P. Diddy has an impeccable eye for talent. Whatever you think about his skills as a rapper, the ethics of his business decisions, or the validity of his acting ability, when it comes to spotting music genius, Sean Combs is among the best.
All you have to do is take a look at the long list of phenomenal artists that have been on his payroll at one time or another: The Notorious B.I.G., Usher, Mary J. Blige, Faith Evans, Mase, Janelle Monáe, and French Montana, just to name a few. Best known for his work in the early 1990s with Bad Boy Records, Diddy continued to produce, manage, and feature on songs with iconic rappers all the way up to the modern day.
Now, he’s one of the last survivors of hip hop’s most tumultuous time. As Tupac was killed, Suge Knight went to jail, and Death Row Records shut its doors, Diddy and Bad Boy continue to proliferate the market with some of the best (Janelle Monáe’s Dirty Computer) and worst (Machine Gun Kelly’s Tickets to My Downfall) albums of contemporary hip hop.
But who does Diddy personally cite as being the best? When it comes to modern day rappers, he’s thrown a few names out there, some of which are unexpected and some of which are entirely unsurprising. Back in 2011, Diddy shared who he believed to be the five best rappers in a chat with DJ Absolut. Rap is a genre that changes faster than perhaps any other, so someone probably needs to ask him again so we can update. But then again, this is a pretty evergreen list.
P. Diddy’s five favourite rappers
Diddy knew the power of Rick Ross right from the get-go: after releasing the single ‘Hustlin’, Ross was the subject of a massive bidding war between record companies. Bad Boy threw their hat into the ring, but Ross eventually signed with Jay-Z over at Def Jam Recordings.
Although he lost out on securing Ross for Bad Boy, it doesn’t appear as though that has done anything to dull the respect that Diddy has for the Miami rapper. Ross is one of those interesting figures who’s incredibly famous and well respected without ever really having a significant pop crossover (most of his biggest hits have him in a featured role), leaving his image unsullied by “sellout” claims. He’s got Diddy’s respect, and he should have yours too.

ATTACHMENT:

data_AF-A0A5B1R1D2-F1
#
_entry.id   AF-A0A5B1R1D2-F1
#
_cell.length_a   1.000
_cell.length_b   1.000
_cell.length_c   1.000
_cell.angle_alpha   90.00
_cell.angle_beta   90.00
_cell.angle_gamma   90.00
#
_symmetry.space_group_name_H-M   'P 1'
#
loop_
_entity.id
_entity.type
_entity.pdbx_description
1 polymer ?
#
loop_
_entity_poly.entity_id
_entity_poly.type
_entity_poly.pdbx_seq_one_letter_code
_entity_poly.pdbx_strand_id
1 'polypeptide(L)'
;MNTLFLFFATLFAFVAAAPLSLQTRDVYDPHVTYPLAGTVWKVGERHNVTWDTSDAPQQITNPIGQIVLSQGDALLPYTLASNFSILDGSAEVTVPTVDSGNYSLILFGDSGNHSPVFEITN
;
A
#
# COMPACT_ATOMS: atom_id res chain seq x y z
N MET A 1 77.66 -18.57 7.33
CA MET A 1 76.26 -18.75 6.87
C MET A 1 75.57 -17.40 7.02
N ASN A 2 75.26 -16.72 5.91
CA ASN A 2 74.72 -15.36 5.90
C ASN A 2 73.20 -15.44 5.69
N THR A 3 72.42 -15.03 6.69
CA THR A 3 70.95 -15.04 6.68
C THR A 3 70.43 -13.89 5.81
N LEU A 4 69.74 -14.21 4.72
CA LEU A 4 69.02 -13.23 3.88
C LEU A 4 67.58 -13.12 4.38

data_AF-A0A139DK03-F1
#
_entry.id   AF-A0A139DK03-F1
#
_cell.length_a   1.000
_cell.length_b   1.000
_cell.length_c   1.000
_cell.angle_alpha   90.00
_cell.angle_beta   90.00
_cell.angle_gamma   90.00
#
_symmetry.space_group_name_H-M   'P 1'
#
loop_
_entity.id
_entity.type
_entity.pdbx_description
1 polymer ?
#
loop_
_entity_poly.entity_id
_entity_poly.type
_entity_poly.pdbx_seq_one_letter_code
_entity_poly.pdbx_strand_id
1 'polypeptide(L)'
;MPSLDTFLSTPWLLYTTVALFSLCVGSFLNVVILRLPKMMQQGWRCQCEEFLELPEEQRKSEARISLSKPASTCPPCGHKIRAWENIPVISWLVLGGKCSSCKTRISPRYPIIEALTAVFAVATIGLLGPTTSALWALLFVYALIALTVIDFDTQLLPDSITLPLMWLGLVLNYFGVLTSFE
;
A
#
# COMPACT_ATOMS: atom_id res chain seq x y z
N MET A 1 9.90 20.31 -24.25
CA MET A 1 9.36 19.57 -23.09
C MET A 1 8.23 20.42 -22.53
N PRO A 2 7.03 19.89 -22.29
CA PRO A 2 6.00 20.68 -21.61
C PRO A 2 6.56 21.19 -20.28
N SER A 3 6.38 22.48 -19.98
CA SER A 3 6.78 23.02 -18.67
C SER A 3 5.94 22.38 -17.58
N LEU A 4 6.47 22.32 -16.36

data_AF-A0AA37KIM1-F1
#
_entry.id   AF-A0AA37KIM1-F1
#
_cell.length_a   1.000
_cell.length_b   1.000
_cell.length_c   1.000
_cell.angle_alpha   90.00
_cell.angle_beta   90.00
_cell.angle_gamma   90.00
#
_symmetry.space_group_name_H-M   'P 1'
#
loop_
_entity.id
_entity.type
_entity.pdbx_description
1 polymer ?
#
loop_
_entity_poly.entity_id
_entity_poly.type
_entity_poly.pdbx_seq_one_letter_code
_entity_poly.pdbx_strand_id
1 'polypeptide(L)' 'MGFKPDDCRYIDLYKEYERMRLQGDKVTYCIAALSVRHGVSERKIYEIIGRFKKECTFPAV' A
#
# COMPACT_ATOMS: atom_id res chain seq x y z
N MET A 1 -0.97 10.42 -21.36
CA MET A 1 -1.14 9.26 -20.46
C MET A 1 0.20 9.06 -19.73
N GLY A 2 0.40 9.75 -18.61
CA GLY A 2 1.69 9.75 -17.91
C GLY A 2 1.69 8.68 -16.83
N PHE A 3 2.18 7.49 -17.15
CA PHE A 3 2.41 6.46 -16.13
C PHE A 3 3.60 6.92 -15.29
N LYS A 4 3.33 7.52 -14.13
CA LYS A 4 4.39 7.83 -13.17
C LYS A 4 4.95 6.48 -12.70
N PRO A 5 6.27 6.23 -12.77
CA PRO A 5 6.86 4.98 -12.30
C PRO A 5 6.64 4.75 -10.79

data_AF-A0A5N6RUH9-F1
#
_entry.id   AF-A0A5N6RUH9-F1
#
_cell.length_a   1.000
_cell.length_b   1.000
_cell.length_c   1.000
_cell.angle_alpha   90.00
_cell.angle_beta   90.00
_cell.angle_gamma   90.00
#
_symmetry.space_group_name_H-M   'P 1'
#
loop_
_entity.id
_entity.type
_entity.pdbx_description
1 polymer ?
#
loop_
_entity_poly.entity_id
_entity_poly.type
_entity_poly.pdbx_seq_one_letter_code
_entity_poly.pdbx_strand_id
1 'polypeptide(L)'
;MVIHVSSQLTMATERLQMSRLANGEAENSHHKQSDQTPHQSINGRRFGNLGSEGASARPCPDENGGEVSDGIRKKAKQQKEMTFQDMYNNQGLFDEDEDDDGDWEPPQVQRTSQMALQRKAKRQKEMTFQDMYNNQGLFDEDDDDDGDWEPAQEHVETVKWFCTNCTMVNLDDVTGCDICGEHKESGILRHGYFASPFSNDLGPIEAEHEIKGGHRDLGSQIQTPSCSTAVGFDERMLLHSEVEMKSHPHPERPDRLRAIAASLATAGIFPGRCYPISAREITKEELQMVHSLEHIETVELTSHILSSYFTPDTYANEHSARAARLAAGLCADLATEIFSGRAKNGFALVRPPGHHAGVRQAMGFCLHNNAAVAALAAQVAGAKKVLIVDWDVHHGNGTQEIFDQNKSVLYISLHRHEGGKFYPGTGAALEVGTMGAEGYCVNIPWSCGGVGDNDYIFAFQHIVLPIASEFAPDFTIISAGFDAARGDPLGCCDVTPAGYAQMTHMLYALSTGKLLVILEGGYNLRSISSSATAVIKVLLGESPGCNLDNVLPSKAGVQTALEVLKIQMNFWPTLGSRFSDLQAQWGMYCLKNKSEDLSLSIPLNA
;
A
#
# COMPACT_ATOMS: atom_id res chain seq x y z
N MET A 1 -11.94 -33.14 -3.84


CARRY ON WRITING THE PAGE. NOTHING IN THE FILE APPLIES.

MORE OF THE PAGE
New York runs strong with Diddy, and he gives a shout out to perhaps his main rival in the whole “I’m not a rapper, I’m an entrepreneur” game. That said, it’s probably more appropriate to quote HOV himself: “I’m not a businessman; I’m a business, man”.
Jay-Z’s skills as a lyricist and rapper were never in doubt, but it’s probably more accurate to say that Diddy respects the hustle more than anything else. Never one to let good business opportunities pass them by, Diddy and Jay-Z are united in that unquenchable desire to take over the world, one rhyme at a time.
Diddy and Lil Wayne are two figures that seem to be connected through some intangible brotherhood: they fight like brothers, they make up like brothers, and they repeat the cycle every so often. If Lil Wayne goes to jail, Diddy visits him. If Wayne uses too much autotune, Diddy is critical of it. They contain multitudes, but they always come back to each other.
Part of that bond comes with sharing the stage, or the recording booth, on a couple of occasions. Most notably on Mary J. Blige’s ‘Somebody to Love Me’, which was recently released at the time, proving Diddy never passes up a good opportunity for some self-promotion.
Even back in 2011, if you weren’t on the Drake hip train, you were going to be left behind. Although he only had two studio albums under his belt at the time, they were two monsters: Thank Me Later and Take Care.
This perhaps looks like the pick that has aged all the best. Drake recently put out his worst album with Certified Lover Boy, went head to head with Kanye, and is still pretty much on top of the rap world.
For those who might not be as familiar with this name compared to the previous five, Fabolous is one of those titanic figures who doesn’t get name-checked in the mainstream quite as often. His contributions to hip hop, however, are clear if you look at his body of work.
Notching a few top five hits in America during the early 2000s, Fab’s style is a mix of slick production and hard-hitting rhymes. It shouldn’t be much of a surprise that Diddy went with Fabolous: one, because they make similar kinds of records, and two, because it lets him give another shout out to New York: “I would have to roll with Fab, I would have to roll with the home team.”